A Hunting We Will Go!
I was with Holden Daughton, Patty Wesner, and Patty's dog Harley. Harley's a Large Munsterlander and a hell of a tracker. With that dog we had the secret weapon against the hiding birds. He would sniff them out and scare them up into the air where we could take safe shots with our guns. I had my trusty .12 gauge with Upland and Small Game shots. Patty and Holden both had the lighter .20 gauge shotguns better suited to the bird hunting. But my trusty pump Mossberg is my all around gun. I use it for turkeys, pheasants, varmints, and with a riffled barrel and some slugs Deer in November.
We walked across the fields and wetlands for hours, in and out of rain showers, watching the dog and smiling wide as we each got a chance to take home a pheasant for each of our farms. Patty got her bird first, a fat hen. I got to shoot at my bird second, a nice flush and straight line of flight just 10 yards away from me. I managed to just hit him in the bum but he went down and Harley helped us find him when he did. After those two back-to-back successes it took a long time to find Holden's bird. We had just about given up and were practically back to the truck when the biggest cock bird we saw all day shot up into the air and Holden smote it down. Harley retrieved it from the treeline and we three happy hunters went back the truck with grins across our tired faces. We had walked for hours, stood in the chill rain, and had the kind of constant alertness that makes just a few hours feel like a marathon. It was one content ride home to Cold Antler after that.
I love animals and I love hunting them as well. To some that sounds like a cringing contradiction, and I understand that completely. I was, afterall, a vegetarian for ten years before a rare bit of hogget crossed my lips. The transition for me was based on ecology, politics, and how animals live and coexist in this little green world. My place in the scheme of things is a pack animal that hunts by daylight. That is where my bliss writhes and turns up to the sun. Everyone's got that place somewhere and mine usually ends up with a wood stove and a stew pot. To each their own.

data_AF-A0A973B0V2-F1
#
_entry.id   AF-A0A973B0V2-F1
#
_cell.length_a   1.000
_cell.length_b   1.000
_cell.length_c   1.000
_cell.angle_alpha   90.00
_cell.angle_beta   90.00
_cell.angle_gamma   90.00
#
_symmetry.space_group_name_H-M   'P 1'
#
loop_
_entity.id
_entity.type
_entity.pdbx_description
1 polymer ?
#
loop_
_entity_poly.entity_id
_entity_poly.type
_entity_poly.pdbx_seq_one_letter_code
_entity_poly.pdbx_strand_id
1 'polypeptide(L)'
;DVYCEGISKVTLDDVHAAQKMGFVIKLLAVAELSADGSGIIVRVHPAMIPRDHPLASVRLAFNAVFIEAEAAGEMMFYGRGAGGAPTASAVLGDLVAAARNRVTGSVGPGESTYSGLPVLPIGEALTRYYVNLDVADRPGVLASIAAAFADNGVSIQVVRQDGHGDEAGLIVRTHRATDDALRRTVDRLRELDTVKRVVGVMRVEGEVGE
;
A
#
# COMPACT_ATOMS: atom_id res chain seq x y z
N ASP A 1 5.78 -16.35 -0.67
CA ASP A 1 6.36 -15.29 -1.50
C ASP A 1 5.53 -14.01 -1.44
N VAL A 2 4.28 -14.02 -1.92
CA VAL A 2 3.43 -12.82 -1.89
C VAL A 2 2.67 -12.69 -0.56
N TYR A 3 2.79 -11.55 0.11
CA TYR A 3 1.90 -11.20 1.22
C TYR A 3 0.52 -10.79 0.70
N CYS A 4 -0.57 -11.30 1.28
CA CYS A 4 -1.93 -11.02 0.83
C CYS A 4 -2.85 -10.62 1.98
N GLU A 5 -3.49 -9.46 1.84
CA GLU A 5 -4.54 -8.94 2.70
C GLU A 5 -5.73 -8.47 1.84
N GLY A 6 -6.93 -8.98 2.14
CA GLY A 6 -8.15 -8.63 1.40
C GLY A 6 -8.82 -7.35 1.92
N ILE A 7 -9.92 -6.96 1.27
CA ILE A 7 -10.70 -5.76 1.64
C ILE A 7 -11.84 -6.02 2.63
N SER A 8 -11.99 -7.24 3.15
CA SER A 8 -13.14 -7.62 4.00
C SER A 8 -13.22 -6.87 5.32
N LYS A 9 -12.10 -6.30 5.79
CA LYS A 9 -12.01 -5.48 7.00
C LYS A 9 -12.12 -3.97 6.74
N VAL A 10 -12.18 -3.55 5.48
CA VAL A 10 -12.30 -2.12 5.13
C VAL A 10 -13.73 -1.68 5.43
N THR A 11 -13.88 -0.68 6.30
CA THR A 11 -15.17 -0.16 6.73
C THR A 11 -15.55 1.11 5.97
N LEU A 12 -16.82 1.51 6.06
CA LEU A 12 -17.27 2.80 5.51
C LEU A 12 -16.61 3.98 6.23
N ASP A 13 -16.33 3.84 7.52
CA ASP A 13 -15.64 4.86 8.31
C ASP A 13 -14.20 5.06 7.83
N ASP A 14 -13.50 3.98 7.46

After everyone went back to their own farms (after a celebratory brunch at the beloved Burger Den) I went to work cleaning the bird on the tailgate of my truck. There's not a lot of meat on a pheasant, but there is a surprising amount of yellow fat. I cut off the birds head, skinned him (faster and cleaner than plucking), cut off the hefty thighs and breast and set the rest aside to compost. All that was left was feathers, a ribcage, and entrails really. I put it into the compost with a shovel and brought in the two pounds of white meat. I set it in a big pyrex bowl of cold water and ice cubes that would slowly cool the bird down. Soon I'll add salt and bay leaves and make a simple brine to soak it in all night. This brine will soften the tense new meat and make it retain moisture better when it is cooked. My plan is to either make a crockpot pheasant and wild rice soup with potatoes, squash and carrots or make a honey glaze and roast it and serve it on a bed of wild rice with a side salad. Both ideas are making my mouth water a bit as I type this and I suppose the weather will tell. If it is a cold and blustery day tomorrow stew will be the word of the day. If the sun shines and I spend a deal of it on horseback, then a roasted bird by the wood stove will win. Snow is already in the forecast here for Friday with a night time low of 26 degrees!
Glad I have my wood in!